Really folks, nothing to see here.  Move along.  The situations being created by falling oil prices -- instability in Russia, Venezuela, and the like -- seem much more interesting to me.  Yet here again, these places engage in the same kinds of efforts, artificially pushing exchange rates around.  Especially in these places, this looks really destructive to me.  Probably the best thing for Russia and Venezuela would be a weaker currency, as it would make their manufacturing sectors more competitive, which might actually develop and eventually lead them to not be highly commodity-price sensitive, fragile, one-dimensional economies.  Concerns about short term stability are preventing conditions that would eventually lead to longer-term stability through economic diversification.

Likewise, the Swiss are fairly well poised to take advantage of a higher exchange rate, given their well-developed financial sector.  Maybe these guys should just listen to the market and let things unfold.  Surely there are better ways to handle these things than mass, indiscriminate, across-the-board interventionism.

But what do I know?  Maybe that's why I don't run a country.

1 comment:

  1. I agree about the Swiss. They made the right move.

    However, I want to comment on the idea of weakening one's own currency in the hope of increasing exports.

    Let's suppose that I own an American company that makes widgets. I need to take in enough dollars for each widget to cover the cost of the wages, supplies, utilities, interest, and taxes I paid in the process of making that widget, and hope to have some left over as profit.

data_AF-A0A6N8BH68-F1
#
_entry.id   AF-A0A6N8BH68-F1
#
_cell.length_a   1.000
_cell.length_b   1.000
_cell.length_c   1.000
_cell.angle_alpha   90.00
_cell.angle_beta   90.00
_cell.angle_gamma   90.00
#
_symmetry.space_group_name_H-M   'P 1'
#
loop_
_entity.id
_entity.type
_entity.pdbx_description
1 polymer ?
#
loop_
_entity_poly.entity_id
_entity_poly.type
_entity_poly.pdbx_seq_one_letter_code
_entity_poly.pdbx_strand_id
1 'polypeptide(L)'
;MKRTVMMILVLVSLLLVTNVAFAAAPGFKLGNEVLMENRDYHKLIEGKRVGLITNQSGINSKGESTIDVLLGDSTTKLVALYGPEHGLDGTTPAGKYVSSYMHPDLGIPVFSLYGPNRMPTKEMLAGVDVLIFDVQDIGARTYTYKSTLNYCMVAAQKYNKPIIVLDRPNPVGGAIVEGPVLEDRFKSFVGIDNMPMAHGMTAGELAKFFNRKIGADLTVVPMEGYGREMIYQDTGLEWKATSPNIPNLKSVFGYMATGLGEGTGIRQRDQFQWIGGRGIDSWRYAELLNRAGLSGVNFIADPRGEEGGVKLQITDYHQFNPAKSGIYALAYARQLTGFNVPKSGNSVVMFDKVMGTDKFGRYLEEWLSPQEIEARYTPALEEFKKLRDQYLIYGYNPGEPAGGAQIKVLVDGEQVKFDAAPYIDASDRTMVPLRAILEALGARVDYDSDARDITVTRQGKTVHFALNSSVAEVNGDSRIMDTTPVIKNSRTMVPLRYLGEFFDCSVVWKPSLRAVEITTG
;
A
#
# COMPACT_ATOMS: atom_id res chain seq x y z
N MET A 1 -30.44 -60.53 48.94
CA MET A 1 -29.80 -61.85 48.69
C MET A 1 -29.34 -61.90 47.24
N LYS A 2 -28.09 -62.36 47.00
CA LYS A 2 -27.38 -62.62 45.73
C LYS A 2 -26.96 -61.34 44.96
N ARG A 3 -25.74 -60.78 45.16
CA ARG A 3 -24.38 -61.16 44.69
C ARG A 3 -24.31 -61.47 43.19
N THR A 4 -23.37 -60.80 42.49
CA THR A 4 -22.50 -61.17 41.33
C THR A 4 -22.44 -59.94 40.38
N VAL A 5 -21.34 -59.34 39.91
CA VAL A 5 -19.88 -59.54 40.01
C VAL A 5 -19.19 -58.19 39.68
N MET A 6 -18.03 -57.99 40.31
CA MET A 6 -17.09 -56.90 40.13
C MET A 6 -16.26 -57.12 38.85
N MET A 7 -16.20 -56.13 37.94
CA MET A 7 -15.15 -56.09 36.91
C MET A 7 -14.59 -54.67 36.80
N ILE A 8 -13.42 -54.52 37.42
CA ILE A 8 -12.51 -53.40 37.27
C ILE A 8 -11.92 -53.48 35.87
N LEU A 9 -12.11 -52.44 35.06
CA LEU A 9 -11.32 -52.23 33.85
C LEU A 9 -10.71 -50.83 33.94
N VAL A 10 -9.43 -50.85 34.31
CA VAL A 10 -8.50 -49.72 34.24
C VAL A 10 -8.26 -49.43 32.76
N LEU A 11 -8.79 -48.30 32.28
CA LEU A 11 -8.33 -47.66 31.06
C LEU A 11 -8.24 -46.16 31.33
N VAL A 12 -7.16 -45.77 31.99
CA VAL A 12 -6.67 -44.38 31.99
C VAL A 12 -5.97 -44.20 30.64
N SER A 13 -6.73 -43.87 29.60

Now suppose I want to sell widgets in Europe. I'd have to price them in Euros, and after each sale, convert the Euros to dollars. I want the Euro price to provide enough dollars to cover all those costs I mentioned above, and leave a profit.

    Now suppose that some other manufacture (Chinese?) also sells an equivalent product in Europe. The going price for their widgets, converted to dollars, won't cover my costs. If I sell at the going price, I'll take a loss.

    So, let's suppose that I prevail on the Fed to cheapen the dollar (even more than it already is). Now a Euro buys more dollars than it did before. Selling at the same Euro price as my competitor brings in enough dollars to cover my costs and leave a profit.

    Eureka! The magic of devaluation has brought me a profit. What happened to the loss? It hasn't gone away. It's just been spread around. Every dollar in circulation now has less purchasing power than it did before. My loss has been socialized.

    What's worse, no matter how beneficial to me the devaluation is, it doesn't last. If I have to import some raw materials for my widgets, I now have to pay more dollars for them. My workers will soon be demanding a "cost of living increase." Once the dust settles and equilibrium is reached, I'll be right back where I started, unable to sell in Europe at the price my competitor asks.

    In a global economy, cheapening the currency is only a temporary fix. Eventually nominal costs rise to the point that they're back to the real costs I couldn't avoid in the first place.

    ReplyDelete